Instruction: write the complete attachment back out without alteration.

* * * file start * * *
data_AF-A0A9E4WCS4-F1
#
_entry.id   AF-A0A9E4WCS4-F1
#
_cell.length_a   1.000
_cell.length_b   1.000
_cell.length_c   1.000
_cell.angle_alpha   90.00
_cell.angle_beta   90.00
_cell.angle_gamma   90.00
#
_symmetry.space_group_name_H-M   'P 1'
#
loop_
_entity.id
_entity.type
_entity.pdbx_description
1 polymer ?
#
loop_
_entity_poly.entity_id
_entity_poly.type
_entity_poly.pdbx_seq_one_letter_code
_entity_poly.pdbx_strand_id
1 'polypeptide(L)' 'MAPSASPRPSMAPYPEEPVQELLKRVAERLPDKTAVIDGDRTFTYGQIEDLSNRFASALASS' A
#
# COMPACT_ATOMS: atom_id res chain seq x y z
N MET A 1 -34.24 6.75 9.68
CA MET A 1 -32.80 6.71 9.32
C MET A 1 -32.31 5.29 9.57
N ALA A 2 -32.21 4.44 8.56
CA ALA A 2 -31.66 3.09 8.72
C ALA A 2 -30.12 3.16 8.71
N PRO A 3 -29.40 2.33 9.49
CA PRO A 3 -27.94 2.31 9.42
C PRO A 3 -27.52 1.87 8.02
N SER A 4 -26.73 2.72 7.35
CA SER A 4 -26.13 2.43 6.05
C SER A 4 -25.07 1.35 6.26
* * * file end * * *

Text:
data_AF-A0A9E4WCS4-F1
#
_entry.id   AF-A0A9E4WCS4-F1
#
_cell.length_a   1.000
_cell.length_b   1.000
_cell.length_c   1.000
_cell.angle_alpha   90.00
_cell.angle_beta   90.00
_cell.angle_gamma   90.00
#
_symmetry.space_group_name_H-M   'P 1'
#
loop_
_entity.id
_entity.type
_entity.pdbx_description
1 polymer ?
#
loop_
_entity_poly.entity_id
_entity_poly.type
_entity_poly.pdbx_seq_one_letter_code
_entity_poly.pdbx_strand_id
1 'polypeptide(L)' 'MAPSASPRPSMAPYPEEPVQELLKRVAERLPDKTAVIDGDRTFTYGQIEDLSNRFASALASS' A
#
# COMPACT_ATOMS: atom_id res chain seq x y z
N MET A 1 -34.24 6.75 9.68
CA MET A 1 -32.80 6.71 9.32
C MET A 1 -32.31 5.29 9.57
N ALA A 2 -32.21 4.44 8.56
CA ALA A 2 -31.66 3.09 8.72
C ALA A 2 -30.12 3.16 8.71
N PRO A 3 -29.40 2.33 9.49
CA PRO A 3 -27.94 2.31 9.42
C PRO A 3 -27.52 1.87 8.02
N SER A 4 -26.73 2.72 7.35
CA SER A 4 -26.13 2.43 6.05
C SER A 4 -25.07 1.35 6.26